Next, put a shop towel or rag down underneath the 19mm banjo bolt from the VANOS line in case it leaks any oil during the removal. This end of the VANOS line connects to the engine block, while the other end connects to the oil filter housing (which we will remove next).

These are the (6 qty) 13mm oil filter housing bolts of various lengths that will be removed. The photo I created below shows which length bolts correspond to which location. There is one long, two medium, and three short bolts. This is a handy digram to have when reinstalling them later.

Remove the six bolts and label them so that you know how they are reinstalled later, or you can use the photo above for reference.

With the (6 qty) 13mm bolts removed, you can separate the oil filter housing from the engine block. You might need to tap it with a rubber mallet to break it loose.

Once you pull the housing off, you can see the oil filter housing gasket and evaluate its condition. You can check out the area underneath the oil filter housing where all of the oil that may have been leaking from your gasket would have ended up.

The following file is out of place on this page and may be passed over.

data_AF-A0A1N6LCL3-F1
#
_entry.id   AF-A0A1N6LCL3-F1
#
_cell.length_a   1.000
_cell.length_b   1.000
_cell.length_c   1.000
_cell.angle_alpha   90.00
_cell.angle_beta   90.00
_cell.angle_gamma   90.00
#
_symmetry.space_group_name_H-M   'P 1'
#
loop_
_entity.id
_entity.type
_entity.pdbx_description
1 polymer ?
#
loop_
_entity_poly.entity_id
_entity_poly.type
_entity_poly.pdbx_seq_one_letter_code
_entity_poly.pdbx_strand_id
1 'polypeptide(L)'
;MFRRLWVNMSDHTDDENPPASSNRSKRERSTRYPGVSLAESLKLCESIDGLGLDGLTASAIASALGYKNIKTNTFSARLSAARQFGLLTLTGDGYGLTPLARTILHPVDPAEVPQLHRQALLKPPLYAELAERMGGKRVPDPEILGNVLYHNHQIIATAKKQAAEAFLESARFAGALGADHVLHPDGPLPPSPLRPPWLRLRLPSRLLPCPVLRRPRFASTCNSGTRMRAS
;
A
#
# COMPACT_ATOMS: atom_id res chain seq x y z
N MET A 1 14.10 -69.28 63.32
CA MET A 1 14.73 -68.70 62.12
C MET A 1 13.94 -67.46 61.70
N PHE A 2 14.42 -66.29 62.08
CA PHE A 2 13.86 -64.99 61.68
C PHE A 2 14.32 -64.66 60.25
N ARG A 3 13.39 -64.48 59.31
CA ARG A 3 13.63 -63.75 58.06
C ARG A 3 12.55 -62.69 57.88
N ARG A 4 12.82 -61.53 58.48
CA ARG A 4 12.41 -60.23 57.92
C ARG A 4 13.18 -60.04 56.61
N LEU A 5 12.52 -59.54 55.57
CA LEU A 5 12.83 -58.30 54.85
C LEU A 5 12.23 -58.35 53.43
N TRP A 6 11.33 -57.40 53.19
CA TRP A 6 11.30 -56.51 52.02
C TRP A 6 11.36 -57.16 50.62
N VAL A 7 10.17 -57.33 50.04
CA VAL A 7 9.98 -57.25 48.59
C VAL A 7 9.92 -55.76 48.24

At this point, I like to use some degreaser and brake cleaner to clean up the area of oil. Shop towels work great for blocking the oil filter housing openings, but they are great for cleaning up the mess as well.

Back at the oil filter housing, remove the old gasket and clean the groove that the gasket sits inside of. Also, clean the surface where the oil filter housing meets the engine block. Take your new oil filter housing gasket and place it inside the groove.

With the oil filter housing assembly on the workbench, use a 19mm wrench to remove the other side of the VANOS line that connects to the oil filter housing assembly. Keep note of how the banjo bolt and washers connect to the VANOS line and oilf filter housing. Connect the new VANOS line assembly in the same orientation as the old one. The housing-side of the VANOS line has more of a bend than the other end.

At this time, we will just hand-tighten, but we won’t torque down the bolt as we need the ability to rotate the VANOS line when we’re reinstalling the oil filter housing back in the car.

Proceed to change out the coolant temperature sensor with a 22mm wrench and the oil pressure switch with a 24mm wrench. The new sensor and switch should be installed snug.

The oil filter housing should now have the new VANOS line installed (not tightened/torqued yet), new oil filter housing gasket installed, and new oil pressure switch and oil temperature sensor. Ensure that the old sealing washers are not still on, and also be sure that the new sealing washers are installed with the new coolant temperature sensor and new oil pressure switch.

Carefully place the oil filter housing assembly back on and reinstall the bolts where they belong. I placed the diagram below again for your reference.